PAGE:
Cinnah Cad. No:54 Çankaya Ankara Türkiye


What are the Treatment Options in patients with PCOS?
Polycystic ovarian syndrome (PCOS) is the most common endocrinological disorder in reproductive age period. The frequency of PCOS is around 15-17%. PCOS is characterized by menstrual irregularity characterized by i) less than 9 menses per year, ii) androgen excess-either increased serum androgen (male hormone) levels or skin findings of increased androgen levels characterized by hirsutismus (increased hair growth), oily skin, acne and hair loss and iii) polycystic ovarian appearance at ultrasonography (more than 12 antral follicles of 2-9 mm in each ovary).
The frequency of being overweight and obesity is increased in women suffering from PCOS.  Furthermore, excess fat is deposited on the low abdominal region (male-type obesity) in such cases.
Insulin resistance is characteristic in patients affected by PCOS.  Therefore, impaired glucose tolerance as well as type-2 diabetes are increased in women with PCOS.  Most probably, the risk of hypertension and coronary heart disease may also be increased in such women.  Therefore, one should keep in mind that PCOS is a metabolic disorder, associated with long-term risk factors including type-2 diabetes, hypertension and coronary heart disease.
Since the majority of these patients do not ovulate on themselves, there is no progesterone (ovulation hormone) production.  Since progesterone opposes estrogen action on the inner lining of uterus and with the lack of progesterone in PCOS patients with long-lasting ignored cases, the thickness of the inner lining might be increased.  In such cases, even the risk of cancer of the inner lining might be increased.  Therefore, it is essential that these patients should have medications to have regular cycles. 
PCOS is the most common reason for infertility due to the absence of ovulation.  When fertility is desired in such women, medications are used to induce ovulation.  Treatment options in patients having difficulty in getting pregnancy are;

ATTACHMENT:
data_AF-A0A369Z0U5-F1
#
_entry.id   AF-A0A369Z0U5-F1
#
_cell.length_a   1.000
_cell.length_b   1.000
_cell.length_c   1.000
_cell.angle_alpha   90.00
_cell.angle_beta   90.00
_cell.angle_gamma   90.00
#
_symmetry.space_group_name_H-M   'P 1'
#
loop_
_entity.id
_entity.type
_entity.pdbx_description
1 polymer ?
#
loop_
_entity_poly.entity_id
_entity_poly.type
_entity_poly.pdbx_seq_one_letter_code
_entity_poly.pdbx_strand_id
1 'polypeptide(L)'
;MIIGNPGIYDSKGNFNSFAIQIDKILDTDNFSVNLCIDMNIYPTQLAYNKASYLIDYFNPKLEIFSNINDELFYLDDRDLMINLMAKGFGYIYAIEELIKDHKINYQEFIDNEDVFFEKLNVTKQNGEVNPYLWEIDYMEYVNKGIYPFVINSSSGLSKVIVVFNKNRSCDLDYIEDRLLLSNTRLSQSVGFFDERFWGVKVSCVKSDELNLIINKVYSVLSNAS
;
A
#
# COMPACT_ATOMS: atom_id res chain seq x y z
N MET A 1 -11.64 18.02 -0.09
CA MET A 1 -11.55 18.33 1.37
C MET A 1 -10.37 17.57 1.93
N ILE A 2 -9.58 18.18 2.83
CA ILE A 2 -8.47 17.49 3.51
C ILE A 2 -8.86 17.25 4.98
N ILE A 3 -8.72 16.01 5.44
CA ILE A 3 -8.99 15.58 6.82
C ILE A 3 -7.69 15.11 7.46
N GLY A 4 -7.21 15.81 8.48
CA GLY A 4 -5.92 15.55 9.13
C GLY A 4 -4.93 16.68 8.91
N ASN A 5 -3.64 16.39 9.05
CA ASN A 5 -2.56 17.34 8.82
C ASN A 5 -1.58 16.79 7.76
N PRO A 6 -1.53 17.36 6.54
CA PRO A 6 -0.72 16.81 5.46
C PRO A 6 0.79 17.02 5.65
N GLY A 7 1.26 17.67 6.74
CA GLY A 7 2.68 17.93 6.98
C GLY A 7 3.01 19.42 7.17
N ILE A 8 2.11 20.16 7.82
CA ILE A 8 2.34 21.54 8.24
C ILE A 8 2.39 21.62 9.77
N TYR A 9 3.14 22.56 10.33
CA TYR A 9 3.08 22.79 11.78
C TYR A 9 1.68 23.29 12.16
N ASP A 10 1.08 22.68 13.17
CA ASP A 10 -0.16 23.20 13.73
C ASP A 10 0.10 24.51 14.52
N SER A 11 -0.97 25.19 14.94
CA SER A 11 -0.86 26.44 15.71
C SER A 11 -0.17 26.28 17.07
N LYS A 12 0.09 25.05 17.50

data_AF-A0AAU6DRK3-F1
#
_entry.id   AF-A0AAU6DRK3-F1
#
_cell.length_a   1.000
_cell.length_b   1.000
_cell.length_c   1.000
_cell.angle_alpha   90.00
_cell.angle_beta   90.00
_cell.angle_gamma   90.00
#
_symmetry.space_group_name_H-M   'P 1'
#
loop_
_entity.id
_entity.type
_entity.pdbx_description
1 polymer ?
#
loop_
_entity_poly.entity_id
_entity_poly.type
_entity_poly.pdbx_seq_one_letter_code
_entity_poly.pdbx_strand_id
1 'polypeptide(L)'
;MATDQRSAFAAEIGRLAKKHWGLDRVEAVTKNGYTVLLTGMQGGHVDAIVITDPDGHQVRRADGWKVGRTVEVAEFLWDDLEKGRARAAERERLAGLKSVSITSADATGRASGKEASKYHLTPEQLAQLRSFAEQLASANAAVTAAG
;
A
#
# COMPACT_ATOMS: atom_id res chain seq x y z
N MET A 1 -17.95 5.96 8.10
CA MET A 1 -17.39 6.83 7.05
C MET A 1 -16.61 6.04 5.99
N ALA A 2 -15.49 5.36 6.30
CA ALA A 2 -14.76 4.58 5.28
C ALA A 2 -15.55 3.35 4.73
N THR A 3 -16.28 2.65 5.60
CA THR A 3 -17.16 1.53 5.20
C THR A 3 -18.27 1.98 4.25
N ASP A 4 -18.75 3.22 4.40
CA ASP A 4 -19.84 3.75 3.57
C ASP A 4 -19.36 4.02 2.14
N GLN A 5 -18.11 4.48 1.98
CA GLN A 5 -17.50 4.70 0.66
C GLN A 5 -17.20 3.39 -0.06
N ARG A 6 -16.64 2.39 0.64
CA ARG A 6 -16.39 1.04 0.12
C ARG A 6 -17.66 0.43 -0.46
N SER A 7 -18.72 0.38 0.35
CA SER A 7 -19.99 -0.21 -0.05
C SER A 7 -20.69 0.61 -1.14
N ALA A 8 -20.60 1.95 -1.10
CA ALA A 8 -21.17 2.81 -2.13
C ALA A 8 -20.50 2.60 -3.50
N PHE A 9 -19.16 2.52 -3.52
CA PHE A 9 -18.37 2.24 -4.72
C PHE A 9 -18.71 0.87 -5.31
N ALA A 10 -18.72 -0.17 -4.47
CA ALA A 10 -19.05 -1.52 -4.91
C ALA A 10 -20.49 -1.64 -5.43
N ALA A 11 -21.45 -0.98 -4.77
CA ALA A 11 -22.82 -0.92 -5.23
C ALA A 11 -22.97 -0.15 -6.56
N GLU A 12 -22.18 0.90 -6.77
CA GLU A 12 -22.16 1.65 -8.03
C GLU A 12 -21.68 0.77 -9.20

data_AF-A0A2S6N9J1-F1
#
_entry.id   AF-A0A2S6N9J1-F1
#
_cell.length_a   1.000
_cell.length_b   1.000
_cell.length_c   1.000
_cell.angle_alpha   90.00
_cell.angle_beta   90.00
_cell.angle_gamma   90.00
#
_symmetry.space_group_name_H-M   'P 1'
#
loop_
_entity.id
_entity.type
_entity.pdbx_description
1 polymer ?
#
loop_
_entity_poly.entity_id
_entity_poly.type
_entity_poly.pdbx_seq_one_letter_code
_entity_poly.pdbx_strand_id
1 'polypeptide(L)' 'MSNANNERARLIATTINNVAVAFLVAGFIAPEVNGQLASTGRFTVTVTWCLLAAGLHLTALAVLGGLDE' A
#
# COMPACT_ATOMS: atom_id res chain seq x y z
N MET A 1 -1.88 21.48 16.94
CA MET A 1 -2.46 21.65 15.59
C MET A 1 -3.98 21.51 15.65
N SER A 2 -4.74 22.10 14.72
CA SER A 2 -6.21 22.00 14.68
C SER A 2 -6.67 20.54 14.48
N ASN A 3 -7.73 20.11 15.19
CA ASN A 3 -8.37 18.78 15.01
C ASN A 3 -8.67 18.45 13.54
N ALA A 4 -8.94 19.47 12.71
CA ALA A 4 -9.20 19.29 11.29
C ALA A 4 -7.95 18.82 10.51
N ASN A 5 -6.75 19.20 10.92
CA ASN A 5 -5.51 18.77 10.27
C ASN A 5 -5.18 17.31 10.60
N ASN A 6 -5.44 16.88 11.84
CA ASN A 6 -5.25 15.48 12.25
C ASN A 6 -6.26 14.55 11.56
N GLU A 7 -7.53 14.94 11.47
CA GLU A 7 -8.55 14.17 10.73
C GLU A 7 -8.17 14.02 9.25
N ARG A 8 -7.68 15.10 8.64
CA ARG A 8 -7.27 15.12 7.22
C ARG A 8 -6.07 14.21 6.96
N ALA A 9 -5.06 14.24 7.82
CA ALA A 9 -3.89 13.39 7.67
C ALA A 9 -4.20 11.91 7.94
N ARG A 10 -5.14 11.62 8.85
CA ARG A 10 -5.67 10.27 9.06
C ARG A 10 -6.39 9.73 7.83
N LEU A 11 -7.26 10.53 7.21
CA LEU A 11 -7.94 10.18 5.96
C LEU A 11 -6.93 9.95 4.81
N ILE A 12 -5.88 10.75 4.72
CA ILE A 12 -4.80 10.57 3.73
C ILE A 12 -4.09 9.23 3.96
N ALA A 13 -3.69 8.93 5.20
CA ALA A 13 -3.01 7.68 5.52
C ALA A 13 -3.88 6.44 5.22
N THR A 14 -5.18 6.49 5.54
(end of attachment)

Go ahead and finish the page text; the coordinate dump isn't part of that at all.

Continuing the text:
• The first-line treatment is a drug, which contains clomiphene citrate (Klomen, Gonaphene or Serophene). It is an oral medication, easy to use and cheap. There is no need for follow-up with ultrasonography during this treatment. This drug is started as 50 mg (1 tablet) per day; based on the ovarian response the dose might be increased, if necessary.  With this treatment in 6 months, 80% of the patients ovulate and 40% conceive. 
  • The second-line treatment is low-dose daily injection therapy. In order to stimulate ovulation, by using daily rather small doses of gonadotrophins (Gonal F, Puregon, Menogon, Menopur, Fostimon or Merional),  1 or 2 follicles are aimed to be grown. Final shut injection is performed when the size of follicle(s) reaches 17-18 mm.  With this approach, ovulation is induced in 95% of the patients.  The pregnancy rate per treatment cycle is around 20-23%.  Although not mandatory, we also perform intrauterine insemination (IUI-putting the washed sperm into the uterus 40 hours after the final shot by a catheter under ultrasonographic guidance).  Following 3-4 cycles of such treatment, if the patient fails to conceive, IVF treatment is recommended.
  • The third-line treatment is IVF.  Pregnancy rates achieved with IVF in such patients are very reassuring at least as good as compared to those patients not suffering PCOS.  Since the number of oocytes harvested is very good in patients, the majority of such patients have surplus blastocysts to be frozen.  Such an approach obviously augments cumulative (fresh+frozen) pregnancy rates.